• Category Archives News of the Strange
  • Certainty

    Spring and Kate’s Yahrzeit Moon

    after the election, 2016

    Saturday gratefuls: Hoo, boy. Workout on Friday. Good, but hard. Two sets. Wondering whether I need to go to 3. Got my cardio up. Well up. 300 minutes in the last week. 5 hours. Love the energy boost a working or partly working thyroid gives. Jackie. Haircut. She’s a sweetheart. She said of Kate, “I miss her flipping you off.” Me, too.

    Sparks of Joy and Awe: April



    Decided two things. 1. Write Ancientrails and workout. See where the day goes after. 2. Make one new recipe and one new salad each week. On 2. Still trying to navigate cooking for one, yet liking to cook. Difficult. Finishing the first phase of kitchen reassemble today and tomorrow. Gonna. Get. It. Done.

    Even though my energy level has improved a lot, my stamina is still not great. Plus I find myself easily overwhelmed with trying to imagine a good way of replacing items in the cabinets. Plan to push past that and finish. Things can always get moved later if I don’t like their location.

    I would also like to get the remaining common room papers at least moved out of the room, set up the Roomba. Let the common room enter its useful period. May hang some art if I have energy left. Still have to call Dave for the couch reupholstery. And Peter needs to come and hang two lamps. Chandelier coming later.

    Plan to get some firewood today, too. Not a lot, enough for two or three fires. See how my lungs handle it. Should be ok, but…


    To Speak for the Trees is a feminist work of top order. Also a work about claiming and owning your own gifts. And, not coincidentally, a powerful expression of the Celtic cultural deposit. Very similar to the First Nations in kind and quality. In fact, the Celtic experience in the British Isles has many similarities to the Native experience in the U.S.

    Although their near genocide happened much further back in time. The Romans drove them into Wales and up into Scotland, down into Cornwall. The Vikings attacked what is now Ireland. Where the red hair comes from. Then the Roman Catholic Church, allied with the Anglo-Saxons, drove the ancient Celtic faith often literally underground, building their churches over holy wells and other sacred spots. The bastards.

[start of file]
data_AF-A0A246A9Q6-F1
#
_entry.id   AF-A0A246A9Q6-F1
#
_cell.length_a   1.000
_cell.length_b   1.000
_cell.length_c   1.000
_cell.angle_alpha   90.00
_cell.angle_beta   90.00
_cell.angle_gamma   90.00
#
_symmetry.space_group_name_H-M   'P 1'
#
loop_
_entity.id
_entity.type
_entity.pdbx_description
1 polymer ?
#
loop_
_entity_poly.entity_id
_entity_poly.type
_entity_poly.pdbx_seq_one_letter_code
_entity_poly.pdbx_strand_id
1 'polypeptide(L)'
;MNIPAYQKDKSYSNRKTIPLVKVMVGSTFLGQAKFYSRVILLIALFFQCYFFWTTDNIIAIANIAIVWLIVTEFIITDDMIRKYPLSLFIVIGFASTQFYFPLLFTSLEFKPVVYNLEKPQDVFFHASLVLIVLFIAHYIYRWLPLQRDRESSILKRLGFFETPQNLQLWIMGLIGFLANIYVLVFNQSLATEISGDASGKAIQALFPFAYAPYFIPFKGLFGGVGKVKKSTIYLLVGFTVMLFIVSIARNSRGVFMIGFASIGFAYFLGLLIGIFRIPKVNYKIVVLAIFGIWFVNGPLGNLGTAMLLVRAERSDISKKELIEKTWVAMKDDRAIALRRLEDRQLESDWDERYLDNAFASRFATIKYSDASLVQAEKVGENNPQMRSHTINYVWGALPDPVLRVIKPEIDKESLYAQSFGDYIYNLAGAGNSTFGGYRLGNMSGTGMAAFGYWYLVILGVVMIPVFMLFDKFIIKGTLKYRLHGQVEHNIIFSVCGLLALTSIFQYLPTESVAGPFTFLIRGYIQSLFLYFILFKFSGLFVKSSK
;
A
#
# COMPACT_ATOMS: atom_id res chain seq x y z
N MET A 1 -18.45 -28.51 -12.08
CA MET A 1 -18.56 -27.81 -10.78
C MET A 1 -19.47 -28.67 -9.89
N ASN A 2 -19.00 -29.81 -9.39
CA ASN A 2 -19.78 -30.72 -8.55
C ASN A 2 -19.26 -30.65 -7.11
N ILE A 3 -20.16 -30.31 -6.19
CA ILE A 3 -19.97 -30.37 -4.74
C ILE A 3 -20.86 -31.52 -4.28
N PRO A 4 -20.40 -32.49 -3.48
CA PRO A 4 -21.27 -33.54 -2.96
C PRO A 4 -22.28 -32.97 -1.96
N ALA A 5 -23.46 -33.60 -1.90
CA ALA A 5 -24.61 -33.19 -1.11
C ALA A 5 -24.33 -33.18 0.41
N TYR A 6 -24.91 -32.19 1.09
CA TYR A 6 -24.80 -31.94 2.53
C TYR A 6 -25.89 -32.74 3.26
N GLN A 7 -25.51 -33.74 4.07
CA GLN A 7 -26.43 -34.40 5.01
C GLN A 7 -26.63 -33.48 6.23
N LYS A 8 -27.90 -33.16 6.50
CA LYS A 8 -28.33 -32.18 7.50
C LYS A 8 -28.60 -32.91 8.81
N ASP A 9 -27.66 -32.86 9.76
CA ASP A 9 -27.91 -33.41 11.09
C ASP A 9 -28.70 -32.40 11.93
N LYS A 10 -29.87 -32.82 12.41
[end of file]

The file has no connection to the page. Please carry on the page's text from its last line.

The old Celtic culture lasted longest in Wales, parts of Scotland, and in the Gaeltalk part of Ireland. Brittany and Galicia, in France and Spain respectively, as well.

    Beresford-Kroger writes of her education in the old ways in the late 1950’s and early 1960’s as the final waning of Druidic lore and the old Celtic culture. She is in my pantheon of heroines. Be like Diana.


    Setting out on another semester of classes at the Kabbalah Experience: Sefer Yetzirah III and Diving Deep into the Stars or Astrology and Kabbalah III. Having fun with these. Guess you could call it a quasi-hobby. Quasi because it’s too serious for fun and too much fun to be serious. I really like these classes, the strange world they open up. And, as David says, even if you’re agnostic about astrology you’re still learning something about yourself, aren’t you? I am.

    Because I’ve dipped a foot (way more than a toe by this point) into Kabbalah, astrology, and tarot, when I saw the sign for new moon intuitive readings, I thought, what the hell? $20 for 15 minutes. Just down from Jackie’s hair salon.

    Put my money down. Get quiet, then when you’re ready, say your name three times. Charles Buckman-Ellis. Charles Buckman-Ellis. Charles Buckman-Ellis. You’re at a big turning point. Well, yes. You’re a strong psychic, you could do this work. Oh? I need to lean into certainty. That’s probably true. Ha ha.

    After I told her Kate died a year ago, she said Kate reassures me, wants me to know that’s she fine, better than fine. Dancing. She taps me on the left shoulder sometimes. She wants me to live my own life. I have a strong core and that new life has begun to blossom. Mary, the psychic, mentioned a rose, but I saw a lotus opening.

    Not sure what to make of it. Some of what she said made me think she had read something of me. The part about certainty in particular. And, the time of a big turning point. Though I suppose we’re all always at some turning point or another. Still. I liked hearing  Kate reassured me even if I doubted it. Because I’d like it to be true. An odd time, definitely worth $20.






  • Still here. Still ok.

    Winter and the beautiful waning crescent of the Moon of the New Year

    Ordinary time. Is there any such thing right now?

    Saturday gratefuls: Kate. A good night’s sleep. For both of us. Much needed. Rigel keeping me warm. Kep the good boy. Impeachment. 25th Amendment. Resignation. January 20th. All. Subway last night. Beef stroganoff tonight. Easy Entrees, thanks Diane and Mary. Life. Its wonder even amidst its difficulties.




    Whoa. Yesterday was tough. I slept from eight last night to seven this morning. All the way through. Thankfully. Feel rested and ready for today. Grateful, really grateful.

    Kate’s still worn out though the oxygen situation has resolved. She’s already fatigued from whatever has been going on for the last three weeks, then to have an insult like the oxygen concentrators gave her was hard. She’s still asleep. I’m glad.